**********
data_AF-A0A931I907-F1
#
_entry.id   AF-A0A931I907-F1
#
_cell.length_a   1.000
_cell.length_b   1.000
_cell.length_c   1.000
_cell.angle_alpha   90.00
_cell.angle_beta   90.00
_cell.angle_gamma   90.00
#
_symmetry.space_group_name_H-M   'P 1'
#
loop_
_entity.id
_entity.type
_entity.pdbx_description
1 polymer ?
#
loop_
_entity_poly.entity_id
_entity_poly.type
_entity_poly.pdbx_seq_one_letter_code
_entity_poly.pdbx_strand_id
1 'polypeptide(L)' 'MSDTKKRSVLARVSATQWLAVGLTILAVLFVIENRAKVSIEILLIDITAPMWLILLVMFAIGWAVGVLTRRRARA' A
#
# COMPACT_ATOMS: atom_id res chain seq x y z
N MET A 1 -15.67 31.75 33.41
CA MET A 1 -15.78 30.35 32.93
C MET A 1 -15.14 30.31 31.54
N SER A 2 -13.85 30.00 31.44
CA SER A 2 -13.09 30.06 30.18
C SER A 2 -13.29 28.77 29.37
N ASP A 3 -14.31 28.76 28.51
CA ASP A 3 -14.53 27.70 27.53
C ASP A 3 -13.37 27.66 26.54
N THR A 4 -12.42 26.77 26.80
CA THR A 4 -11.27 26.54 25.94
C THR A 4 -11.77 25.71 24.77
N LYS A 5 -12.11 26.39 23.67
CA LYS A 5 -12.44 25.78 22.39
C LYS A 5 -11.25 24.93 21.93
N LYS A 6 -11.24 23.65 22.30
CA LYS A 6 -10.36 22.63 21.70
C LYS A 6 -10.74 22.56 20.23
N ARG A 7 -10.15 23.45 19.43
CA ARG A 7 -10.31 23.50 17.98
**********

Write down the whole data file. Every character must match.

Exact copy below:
data_AF-A0A931I907-F1
#
_entry.id   AF-A0A931I907-F1
#
_cell.length_a   1.000
_cell.length_b   1.000
_cell.length_c   1.000
_cell.angle_alpha   90.00
_cell.angle_beta   90.00
_cell.angle_gamma   90.00
#
_symmetry.space_group_name_H-M   'P 1'
#
loop_
_entity.id
_entity.type
_entity.pdbx_description
1 polymer ?
#
loop_
_entity_poly.entity_id
_entity_poly.type
_entity_poly.pdbx_seq_one_letter_code
_entity_poly.pdbx_strand_id
1 'polypeptide(L)' 'MSDTKKRSVLARVSATQWLAVGLTILAVLFVIENRAKVSIEILLIDITAPMWLILLVMFAIGWAVGVLTRRRARA' A
#
# COMPACT_ATOMS: atom_id res chain seq x y z
N MET A 1 -15.67 31.75 33.41
CA MET A 1 -15.78 30.35 32.93
C MET A 1 -15.14 30.31 31.54
N SER A 2 -13.85 30.00 31.44
CA SER A 2 -13.09 30.06 30.18
C SER A 2 -13.29 28.77 29.37
N ASP A 3 -14.31 28.76 28.51
CA ASP A 3 -14.53 27.70 27.53
C ASP A 3 -13.37 27.66 26.54
N THR A 4 -12.42 26.77 26.80
CA THR A 4 -11.27 26.54 25.94
C THR A 4 -11.77 25.71 24.77
N LYS A 5 -12.11 26.39 23.67
CA LYS A 5 -12.44 25.78 22.39
C LYS A 5 -11.25 24.93 21.93
N LYS A 6 -11.24 23.65 22.30
CA LYS A 6 -10.36 22.63 21.70
C LYS A 6 -10.74 22.56 20.23
N ARG A 7 -10.15 23.45 19.43
CA ARG A 7 -10.31 23.50 17.98